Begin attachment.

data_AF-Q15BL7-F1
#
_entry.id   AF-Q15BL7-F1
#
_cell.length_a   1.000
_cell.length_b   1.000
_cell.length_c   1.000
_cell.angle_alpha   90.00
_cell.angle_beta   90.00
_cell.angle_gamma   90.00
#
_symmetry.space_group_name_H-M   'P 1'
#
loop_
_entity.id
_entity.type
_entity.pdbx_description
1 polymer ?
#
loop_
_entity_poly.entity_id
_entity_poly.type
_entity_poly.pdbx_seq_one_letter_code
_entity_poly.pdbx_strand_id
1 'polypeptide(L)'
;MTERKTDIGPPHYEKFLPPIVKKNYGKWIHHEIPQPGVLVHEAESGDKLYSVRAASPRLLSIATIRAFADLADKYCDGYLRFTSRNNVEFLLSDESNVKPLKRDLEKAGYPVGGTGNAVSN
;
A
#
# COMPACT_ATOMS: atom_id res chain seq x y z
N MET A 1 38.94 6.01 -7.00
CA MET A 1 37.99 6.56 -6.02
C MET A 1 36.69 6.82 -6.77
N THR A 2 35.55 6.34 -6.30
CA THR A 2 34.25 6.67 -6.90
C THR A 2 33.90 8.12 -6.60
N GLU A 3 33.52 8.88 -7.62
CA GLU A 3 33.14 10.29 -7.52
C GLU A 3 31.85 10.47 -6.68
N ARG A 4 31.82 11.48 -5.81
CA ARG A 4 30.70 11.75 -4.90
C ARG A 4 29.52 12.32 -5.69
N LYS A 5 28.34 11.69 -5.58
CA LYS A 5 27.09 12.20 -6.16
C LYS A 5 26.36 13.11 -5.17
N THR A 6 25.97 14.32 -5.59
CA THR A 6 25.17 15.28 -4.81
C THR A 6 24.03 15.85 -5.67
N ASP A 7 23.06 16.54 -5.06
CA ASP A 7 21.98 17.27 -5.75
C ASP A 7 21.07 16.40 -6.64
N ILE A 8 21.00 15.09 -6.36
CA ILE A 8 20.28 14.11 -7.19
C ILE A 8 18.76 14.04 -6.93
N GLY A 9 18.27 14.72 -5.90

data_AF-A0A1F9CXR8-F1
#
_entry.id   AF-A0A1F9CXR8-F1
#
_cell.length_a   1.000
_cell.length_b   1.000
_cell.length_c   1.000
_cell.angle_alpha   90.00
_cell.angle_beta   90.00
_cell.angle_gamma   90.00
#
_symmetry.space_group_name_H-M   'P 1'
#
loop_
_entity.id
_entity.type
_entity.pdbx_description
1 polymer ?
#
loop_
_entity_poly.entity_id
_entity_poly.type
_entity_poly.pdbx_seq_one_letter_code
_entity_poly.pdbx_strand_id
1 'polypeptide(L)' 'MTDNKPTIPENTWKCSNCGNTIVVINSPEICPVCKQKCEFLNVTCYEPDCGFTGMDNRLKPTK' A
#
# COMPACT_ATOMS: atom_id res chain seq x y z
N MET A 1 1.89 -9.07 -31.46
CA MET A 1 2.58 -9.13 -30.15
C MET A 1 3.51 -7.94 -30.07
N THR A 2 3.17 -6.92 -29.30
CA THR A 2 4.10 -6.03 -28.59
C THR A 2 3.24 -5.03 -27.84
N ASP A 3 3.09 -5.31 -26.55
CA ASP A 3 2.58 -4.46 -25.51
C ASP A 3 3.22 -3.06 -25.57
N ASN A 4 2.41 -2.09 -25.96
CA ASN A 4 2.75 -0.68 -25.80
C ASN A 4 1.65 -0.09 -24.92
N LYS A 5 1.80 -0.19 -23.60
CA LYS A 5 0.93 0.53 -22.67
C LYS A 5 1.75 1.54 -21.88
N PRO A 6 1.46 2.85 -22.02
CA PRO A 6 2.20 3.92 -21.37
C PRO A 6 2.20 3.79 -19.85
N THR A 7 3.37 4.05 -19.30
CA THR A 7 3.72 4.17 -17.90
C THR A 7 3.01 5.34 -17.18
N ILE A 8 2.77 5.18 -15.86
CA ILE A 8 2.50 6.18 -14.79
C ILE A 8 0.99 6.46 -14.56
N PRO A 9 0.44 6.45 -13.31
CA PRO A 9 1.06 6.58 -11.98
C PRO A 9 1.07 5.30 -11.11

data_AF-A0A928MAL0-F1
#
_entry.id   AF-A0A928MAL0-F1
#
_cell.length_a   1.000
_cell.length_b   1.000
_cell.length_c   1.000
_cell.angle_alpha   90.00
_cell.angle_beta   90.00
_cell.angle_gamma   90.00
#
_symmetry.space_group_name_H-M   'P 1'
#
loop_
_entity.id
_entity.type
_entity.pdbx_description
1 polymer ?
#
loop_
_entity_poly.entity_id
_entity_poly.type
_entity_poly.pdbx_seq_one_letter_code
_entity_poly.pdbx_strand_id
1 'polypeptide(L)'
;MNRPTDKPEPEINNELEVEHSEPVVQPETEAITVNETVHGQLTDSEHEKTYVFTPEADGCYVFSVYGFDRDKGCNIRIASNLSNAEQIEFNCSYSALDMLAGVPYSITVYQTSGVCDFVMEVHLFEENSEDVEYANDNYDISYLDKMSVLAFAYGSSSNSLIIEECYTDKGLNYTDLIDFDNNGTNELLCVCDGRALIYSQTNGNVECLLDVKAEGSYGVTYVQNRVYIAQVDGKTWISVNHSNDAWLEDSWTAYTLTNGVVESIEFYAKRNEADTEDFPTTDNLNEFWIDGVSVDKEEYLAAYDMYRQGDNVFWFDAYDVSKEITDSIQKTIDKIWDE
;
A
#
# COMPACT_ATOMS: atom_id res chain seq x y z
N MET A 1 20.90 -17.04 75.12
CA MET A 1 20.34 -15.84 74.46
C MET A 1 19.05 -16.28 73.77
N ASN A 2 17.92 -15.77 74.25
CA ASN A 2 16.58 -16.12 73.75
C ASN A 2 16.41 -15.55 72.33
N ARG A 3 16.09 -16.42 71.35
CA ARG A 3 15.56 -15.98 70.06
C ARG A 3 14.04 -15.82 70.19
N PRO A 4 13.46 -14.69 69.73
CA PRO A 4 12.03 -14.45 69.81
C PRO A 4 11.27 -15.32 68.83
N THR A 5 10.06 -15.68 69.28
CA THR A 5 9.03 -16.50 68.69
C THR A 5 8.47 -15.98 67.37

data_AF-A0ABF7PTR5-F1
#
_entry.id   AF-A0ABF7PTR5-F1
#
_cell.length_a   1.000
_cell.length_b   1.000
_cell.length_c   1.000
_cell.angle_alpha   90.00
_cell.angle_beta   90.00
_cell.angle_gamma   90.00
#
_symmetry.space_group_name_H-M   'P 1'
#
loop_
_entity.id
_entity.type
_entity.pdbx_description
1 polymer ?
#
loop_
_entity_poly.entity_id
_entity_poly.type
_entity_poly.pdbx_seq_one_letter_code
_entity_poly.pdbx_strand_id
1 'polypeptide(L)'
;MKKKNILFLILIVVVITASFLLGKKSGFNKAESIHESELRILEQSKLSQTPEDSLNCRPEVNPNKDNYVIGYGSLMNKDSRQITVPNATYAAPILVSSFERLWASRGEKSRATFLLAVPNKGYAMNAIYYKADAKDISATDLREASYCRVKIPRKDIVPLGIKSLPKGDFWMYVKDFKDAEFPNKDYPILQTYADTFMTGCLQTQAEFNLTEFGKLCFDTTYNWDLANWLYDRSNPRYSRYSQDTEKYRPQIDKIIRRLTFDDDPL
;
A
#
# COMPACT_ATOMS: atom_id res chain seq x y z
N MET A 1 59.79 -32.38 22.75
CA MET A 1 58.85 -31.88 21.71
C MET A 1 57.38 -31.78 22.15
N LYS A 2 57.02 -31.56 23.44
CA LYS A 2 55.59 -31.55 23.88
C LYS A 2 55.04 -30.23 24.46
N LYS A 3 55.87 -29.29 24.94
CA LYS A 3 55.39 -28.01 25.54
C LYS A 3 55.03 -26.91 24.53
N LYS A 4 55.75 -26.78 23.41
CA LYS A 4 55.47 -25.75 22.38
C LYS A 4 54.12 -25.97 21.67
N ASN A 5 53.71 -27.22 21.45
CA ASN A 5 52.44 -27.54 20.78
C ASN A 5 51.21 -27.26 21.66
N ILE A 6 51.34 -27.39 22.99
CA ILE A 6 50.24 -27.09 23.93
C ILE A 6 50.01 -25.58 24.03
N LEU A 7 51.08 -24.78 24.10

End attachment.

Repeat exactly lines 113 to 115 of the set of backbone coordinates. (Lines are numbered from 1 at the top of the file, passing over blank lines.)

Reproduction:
#
_cell.length_a   1.000
_cell.length_b   1.000